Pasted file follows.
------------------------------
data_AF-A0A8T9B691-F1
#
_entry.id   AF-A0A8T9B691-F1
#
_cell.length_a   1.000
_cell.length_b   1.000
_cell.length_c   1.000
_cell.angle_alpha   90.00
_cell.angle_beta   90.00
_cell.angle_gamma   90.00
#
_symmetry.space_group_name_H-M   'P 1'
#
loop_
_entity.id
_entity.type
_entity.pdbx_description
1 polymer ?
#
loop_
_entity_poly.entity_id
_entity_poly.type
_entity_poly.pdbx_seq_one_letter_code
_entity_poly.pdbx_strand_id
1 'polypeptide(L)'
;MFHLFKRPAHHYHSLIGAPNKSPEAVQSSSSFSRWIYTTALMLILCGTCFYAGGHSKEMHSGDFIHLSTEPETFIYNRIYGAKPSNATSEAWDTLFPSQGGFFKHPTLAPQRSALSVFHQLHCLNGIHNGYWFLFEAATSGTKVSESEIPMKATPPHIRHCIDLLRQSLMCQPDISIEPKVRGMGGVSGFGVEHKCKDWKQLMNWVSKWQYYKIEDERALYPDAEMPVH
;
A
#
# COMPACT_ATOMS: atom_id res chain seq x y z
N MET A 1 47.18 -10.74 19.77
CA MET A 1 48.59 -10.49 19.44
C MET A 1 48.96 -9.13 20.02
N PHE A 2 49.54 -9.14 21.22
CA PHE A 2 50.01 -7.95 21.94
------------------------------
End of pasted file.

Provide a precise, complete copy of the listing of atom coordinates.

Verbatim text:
data_AF-A0A8T9B691-F1
#
_entry.id   AF-A0A8T9B691-F1
#
_cell.length_a   1.000
_cell.length_b   1.000
_cell.length_c   1.000
_cell.angle_alpha   90.00
_cell.angle_beta   90.00
_cell.angle_gamma   90.00
#
_symmetry.space_group_name_H-M   'P 1'
#
loop_
_entity.id
_entity.type
_entity.pdbx_description
1 polymer ?
#
loop_
_entity_poly.entity_id
_entity_poly.type
_entity_poly.pdbx_seq_one_letter_code
_entity_poly.pdbx_strand_id
1 'polypeptide(L)'
;MFHLFKRPAHHYHSLIGAPNKSPEAVQSSSSFSRWIYTTALMLILCGTCFYAGGHSKEMHSGDFIHLSTEPETFIYNRIYGAKPSNATSEAWDTLFPSQGGFFKHPTLAPQRSALSVFHQLHCLNGIHNGYWFLFEAATSGTKVSESEIPMKATPPHIRHCIDLLRQSLMCQPDISIEPKVRGMGGVSGFGVEHKCKDWKQLMNWVSKWQYYKIEDERALYPDAEMPVH
;
A
#
# COMPACT_ATOMS: atom_id res chain seq x y z
N MET A 1 47.18 -10.74 19.77
CA MET A 1 48.59 -10.49 19.44
C MET A 1 48.96 -9.13 20.02
N PHE A 2 49.54 -9.14 21.22
CA PHE A 2 50.01 -7.95 21.94